Dendritic nucleation model

This is a model for molecular mechanisms contolling actin filament dynamics in nonmuscle cells (Fig. CM11B)."/>
Fig. CM11B. The dendritic nucleation model (From Pollard et al., with permission from the Annual Review of Biphysics and Biomolecular Sructure. vol. 29, 2000, by Annual Reviews,

There are 10 steps in the figure. In the first step all the ATP-actin monomers are bound to profilin, there are no free barbed ends; the actin cytoskeletal components are held in a metastable state, poised for assembly. Activation of WASp family proteins (Step 2) leads to activation of the Arp2/3 complex and this creates new barbed ends and subsequently new filaments (Step 3). These filaments grow rapidly (Step 4) and push the membrane forward (Step 5). After a short while, growth of the barbed ends is terminated by capping (Step 6). ATP hydrolysis and Pi dissociation (Step 7) triggers severing and depolymerization of actin filaments by ADF/cofilins (Step 8). LIM kinase inhibits ADF/cofilins (Step 9). Nucleotide exchange catalyzed by profilin recycles ADP-actin to ATP-actin monomer in the pool (Step 10).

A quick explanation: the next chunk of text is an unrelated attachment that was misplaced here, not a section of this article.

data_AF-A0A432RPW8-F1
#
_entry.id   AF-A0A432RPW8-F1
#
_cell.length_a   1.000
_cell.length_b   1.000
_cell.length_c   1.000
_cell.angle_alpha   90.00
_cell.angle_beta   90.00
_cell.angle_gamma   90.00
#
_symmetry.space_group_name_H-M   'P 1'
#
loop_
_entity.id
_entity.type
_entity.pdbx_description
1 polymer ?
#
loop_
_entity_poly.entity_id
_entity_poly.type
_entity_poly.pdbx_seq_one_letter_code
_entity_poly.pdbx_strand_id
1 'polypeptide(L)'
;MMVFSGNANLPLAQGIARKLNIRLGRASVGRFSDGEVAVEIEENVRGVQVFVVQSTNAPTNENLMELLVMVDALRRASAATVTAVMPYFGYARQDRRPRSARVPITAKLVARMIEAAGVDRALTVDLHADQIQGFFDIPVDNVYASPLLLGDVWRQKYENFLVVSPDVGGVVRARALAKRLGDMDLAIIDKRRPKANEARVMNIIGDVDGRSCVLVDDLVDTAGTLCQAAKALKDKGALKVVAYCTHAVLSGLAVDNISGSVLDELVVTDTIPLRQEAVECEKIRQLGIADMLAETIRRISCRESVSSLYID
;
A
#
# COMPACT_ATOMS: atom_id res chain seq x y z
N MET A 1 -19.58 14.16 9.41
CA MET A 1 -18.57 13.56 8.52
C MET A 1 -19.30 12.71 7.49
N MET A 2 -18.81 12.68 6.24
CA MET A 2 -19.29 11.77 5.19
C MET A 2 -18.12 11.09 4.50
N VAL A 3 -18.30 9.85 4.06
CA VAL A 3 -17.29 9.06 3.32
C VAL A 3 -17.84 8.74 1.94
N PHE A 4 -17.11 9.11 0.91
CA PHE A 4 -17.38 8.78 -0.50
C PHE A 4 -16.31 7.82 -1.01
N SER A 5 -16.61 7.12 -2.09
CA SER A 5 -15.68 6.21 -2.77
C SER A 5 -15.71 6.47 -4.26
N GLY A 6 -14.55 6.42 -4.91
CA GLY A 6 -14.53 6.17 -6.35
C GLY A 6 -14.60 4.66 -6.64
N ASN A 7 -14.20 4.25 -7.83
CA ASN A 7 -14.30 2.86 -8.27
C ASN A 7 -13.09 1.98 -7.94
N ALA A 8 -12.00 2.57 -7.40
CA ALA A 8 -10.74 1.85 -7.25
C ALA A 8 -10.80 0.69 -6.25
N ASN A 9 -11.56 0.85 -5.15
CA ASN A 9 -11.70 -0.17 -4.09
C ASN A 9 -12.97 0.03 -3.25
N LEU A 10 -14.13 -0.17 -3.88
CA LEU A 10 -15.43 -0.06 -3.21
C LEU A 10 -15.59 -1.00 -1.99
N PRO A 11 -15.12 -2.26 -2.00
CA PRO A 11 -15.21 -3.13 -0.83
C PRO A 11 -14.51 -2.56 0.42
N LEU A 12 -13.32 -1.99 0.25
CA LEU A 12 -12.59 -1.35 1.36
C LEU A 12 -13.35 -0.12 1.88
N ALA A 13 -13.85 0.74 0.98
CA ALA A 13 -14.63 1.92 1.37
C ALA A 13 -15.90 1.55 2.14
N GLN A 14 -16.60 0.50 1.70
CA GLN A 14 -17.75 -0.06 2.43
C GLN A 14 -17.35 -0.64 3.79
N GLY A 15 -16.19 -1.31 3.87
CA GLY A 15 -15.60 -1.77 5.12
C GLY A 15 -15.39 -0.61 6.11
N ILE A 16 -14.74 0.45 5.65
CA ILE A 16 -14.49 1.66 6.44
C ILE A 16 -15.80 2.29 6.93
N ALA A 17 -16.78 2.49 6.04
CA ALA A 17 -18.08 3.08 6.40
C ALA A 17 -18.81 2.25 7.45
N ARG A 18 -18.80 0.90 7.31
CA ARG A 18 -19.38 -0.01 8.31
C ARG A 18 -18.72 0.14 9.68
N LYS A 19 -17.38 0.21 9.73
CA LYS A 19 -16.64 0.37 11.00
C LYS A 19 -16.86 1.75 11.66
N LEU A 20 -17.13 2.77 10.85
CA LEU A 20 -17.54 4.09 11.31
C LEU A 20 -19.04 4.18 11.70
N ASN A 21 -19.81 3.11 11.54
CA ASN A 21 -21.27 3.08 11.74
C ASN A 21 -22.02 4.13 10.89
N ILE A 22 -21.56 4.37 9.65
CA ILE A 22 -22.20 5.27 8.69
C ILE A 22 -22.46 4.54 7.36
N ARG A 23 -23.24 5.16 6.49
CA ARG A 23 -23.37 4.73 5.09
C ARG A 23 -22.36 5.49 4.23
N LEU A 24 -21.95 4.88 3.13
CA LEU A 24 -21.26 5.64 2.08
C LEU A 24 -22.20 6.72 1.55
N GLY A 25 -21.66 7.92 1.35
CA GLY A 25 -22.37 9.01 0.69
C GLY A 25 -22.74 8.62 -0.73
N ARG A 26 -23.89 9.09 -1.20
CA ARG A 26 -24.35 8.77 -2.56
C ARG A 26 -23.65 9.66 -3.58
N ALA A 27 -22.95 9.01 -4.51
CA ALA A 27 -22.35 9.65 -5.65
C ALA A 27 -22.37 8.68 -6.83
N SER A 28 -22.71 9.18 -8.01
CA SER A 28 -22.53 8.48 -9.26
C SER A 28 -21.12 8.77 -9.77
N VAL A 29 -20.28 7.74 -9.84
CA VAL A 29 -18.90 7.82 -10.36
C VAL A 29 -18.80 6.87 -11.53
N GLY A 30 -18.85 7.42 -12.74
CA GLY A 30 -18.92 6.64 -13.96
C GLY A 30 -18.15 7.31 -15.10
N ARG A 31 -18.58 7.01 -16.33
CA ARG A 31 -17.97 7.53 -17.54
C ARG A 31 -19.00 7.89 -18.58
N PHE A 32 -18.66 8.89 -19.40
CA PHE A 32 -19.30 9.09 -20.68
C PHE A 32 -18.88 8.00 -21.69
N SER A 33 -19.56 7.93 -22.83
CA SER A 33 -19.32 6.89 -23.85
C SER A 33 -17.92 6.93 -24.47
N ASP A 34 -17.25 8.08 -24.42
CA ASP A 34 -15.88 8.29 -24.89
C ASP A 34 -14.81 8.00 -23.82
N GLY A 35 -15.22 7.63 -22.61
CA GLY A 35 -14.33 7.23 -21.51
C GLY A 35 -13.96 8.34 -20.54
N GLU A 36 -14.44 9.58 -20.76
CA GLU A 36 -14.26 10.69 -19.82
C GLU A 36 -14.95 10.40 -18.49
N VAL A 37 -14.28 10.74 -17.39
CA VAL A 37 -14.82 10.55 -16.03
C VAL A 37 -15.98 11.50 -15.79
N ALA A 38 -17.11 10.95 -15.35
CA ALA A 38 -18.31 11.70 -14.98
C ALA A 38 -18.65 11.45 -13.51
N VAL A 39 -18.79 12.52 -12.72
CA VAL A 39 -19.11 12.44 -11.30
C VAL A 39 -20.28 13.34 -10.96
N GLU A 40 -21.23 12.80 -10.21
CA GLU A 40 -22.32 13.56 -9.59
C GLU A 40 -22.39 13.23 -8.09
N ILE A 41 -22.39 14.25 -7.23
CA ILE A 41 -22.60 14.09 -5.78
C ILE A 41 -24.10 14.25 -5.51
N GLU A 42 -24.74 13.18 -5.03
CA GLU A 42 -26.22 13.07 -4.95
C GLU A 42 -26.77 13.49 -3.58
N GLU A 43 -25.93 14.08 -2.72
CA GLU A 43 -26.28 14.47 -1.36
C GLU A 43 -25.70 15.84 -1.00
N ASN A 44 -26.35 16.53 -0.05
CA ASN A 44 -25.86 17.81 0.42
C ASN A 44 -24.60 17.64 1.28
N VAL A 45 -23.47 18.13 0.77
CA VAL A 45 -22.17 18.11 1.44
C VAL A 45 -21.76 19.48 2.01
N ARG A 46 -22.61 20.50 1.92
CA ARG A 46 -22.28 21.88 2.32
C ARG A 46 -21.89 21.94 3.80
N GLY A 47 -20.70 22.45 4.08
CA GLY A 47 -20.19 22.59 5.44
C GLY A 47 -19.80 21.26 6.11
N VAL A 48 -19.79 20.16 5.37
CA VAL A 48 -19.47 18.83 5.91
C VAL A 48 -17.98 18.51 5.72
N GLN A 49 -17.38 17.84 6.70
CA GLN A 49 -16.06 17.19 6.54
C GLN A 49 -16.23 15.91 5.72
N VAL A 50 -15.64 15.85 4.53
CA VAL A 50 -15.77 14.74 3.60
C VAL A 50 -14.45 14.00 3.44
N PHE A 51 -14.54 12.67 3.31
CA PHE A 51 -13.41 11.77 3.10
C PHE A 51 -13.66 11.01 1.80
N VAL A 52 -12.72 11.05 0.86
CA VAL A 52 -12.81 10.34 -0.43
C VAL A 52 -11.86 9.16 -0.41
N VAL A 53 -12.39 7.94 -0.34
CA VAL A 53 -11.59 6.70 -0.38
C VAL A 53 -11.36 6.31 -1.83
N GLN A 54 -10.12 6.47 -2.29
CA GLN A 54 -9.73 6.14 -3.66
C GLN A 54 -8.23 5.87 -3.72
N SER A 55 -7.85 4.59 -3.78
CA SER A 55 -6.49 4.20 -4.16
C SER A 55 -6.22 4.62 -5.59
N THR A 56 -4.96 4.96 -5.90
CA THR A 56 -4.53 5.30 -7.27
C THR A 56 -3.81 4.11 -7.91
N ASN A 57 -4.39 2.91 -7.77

Accordingly, the molecular mechanism of motion in nonmuscle cells is a very complex cycle that converts the energy of the hydrolysis of actin-bound ATP into mechanical force through the polymerization and depolymerization of actin filaments ( treadmilling of actin filaments). In a continuously moving cell, assembly and dysassembly of actin filaments are balanced.

Reviews of Pollard et al. (2000), Higgs and Pollard (2001), and Pantaloni et al. (2001) are recommended for a further understanding of the molecular mechanism of motion in nonmuscle cells.

Was this article helpful?

0 0

Post a comment